A rare glimpse inside GM's reverse-engineering facility

With all of the late model automotive carcasses laying about (each painstakingly disemboweled, weighed, measured and cataloged), one could be forgiven for thinking that a wrong turn unwittingly revealed Hannibal Lechter 's garage, or at very least, a freakishly clinical salvage operation. But reverse engineering facilities like the one Wired Magazine was able to glad-hand its way inside are less about socially unacceptable mania, and more about financial satisfaction and keeping up with the corporate Joneses.

In GM's Warren Tech Center, engineers play CSI (Cost Savings Investigators), taking the competition's latest and greatest, and tearing them limb-from-limb, fender-from-fender, and-wire-from wire until even the vehicle’s original designers couldn’t recognize it.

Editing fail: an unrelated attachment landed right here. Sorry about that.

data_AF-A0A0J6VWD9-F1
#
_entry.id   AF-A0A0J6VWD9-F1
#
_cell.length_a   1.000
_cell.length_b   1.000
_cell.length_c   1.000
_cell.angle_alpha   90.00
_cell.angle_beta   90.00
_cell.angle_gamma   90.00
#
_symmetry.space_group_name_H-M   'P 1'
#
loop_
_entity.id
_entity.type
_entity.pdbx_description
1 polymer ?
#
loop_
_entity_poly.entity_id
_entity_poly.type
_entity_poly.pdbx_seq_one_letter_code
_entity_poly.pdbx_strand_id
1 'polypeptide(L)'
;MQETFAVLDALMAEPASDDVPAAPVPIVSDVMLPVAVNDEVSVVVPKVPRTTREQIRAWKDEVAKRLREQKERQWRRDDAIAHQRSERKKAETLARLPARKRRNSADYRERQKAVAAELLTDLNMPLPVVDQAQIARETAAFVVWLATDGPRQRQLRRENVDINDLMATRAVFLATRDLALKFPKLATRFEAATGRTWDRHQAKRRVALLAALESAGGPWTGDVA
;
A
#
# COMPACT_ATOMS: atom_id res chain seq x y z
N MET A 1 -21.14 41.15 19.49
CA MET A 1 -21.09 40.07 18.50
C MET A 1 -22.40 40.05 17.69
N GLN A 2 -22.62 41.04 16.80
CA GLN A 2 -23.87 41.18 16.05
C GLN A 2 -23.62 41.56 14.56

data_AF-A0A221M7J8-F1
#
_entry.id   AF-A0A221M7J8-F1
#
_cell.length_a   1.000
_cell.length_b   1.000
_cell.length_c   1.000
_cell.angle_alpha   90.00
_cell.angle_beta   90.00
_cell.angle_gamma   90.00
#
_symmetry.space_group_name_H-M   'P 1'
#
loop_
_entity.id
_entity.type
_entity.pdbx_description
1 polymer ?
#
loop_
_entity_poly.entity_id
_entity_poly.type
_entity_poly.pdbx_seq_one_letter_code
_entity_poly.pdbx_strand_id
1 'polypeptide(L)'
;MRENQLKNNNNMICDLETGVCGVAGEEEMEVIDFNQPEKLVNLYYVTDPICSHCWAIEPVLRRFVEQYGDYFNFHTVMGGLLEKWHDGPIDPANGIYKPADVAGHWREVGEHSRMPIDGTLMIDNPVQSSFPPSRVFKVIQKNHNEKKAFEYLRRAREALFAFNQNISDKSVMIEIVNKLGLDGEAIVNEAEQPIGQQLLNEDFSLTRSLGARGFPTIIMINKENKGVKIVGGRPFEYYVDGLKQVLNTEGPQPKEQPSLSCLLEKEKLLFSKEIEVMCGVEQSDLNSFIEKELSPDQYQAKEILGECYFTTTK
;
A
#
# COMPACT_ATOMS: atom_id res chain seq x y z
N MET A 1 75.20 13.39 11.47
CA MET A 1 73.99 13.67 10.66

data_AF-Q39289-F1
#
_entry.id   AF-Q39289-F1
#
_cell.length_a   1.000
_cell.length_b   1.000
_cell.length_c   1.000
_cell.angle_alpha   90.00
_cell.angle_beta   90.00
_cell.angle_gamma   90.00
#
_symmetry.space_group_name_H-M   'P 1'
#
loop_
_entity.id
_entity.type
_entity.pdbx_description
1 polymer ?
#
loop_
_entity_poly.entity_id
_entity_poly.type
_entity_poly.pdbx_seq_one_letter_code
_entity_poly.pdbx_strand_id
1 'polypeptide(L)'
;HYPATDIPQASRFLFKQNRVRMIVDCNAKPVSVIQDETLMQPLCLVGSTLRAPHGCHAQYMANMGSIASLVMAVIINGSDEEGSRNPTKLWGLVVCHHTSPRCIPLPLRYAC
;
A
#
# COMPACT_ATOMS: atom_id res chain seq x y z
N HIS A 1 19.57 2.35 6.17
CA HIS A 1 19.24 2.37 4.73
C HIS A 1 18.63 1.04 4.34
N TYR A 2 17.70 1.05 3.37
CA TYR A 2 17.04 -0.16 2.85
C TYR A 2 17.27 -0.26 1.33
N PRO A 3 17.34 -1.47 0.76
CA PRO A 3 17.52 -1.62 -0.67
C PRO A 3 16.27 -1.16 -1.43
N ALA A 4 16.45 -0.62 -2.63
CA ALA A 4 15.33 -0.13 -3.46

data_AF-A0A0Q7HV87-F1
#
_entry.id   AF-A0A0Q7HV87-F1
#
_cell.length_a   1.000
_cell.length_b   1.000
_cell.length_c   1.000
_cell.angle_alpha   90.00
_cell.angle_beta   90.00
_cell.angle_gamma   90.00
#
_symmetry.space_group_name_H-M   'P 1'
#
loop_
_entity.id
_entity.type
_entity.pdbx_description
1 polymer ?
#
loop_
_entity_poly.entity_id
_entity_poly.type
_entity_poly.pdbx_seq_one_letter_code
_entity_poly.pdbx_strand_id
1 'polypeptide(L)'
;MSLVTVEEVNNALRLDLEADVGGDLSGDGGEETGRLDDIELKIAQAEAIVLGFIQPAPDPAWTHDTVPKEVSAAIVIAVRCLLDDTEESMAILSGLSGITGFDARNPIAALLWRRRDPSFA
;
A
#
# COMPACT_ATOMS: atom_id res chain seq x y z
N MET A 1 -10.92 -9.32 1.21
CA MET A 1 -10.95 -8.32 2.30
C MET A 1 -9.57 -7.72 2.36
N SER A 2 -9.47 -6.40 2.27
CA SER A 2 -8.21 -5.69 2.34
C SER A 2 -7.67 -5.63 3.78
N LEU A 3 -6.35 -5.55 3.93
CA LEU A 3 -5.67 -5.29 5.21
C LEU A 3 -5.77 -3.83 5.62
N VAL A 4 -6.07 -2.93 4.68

The General (and most other manufacturers) don’t do this out of some perverse superiority streak, though it must be somehow satisfying to literally tear the competition apart. But this isn’t some unconventional employee morale boosting program, GM tears down showroom-fresh cars to not only see what makes them tick, but to see how much those ticks cost. Doing so not only allows a look at what the competition is up to, it gives them more informed ways to pressure their own suppliers for less expensive and/or better engineered parts.

Click on the link for a fascinating window into a place where few are granted access.

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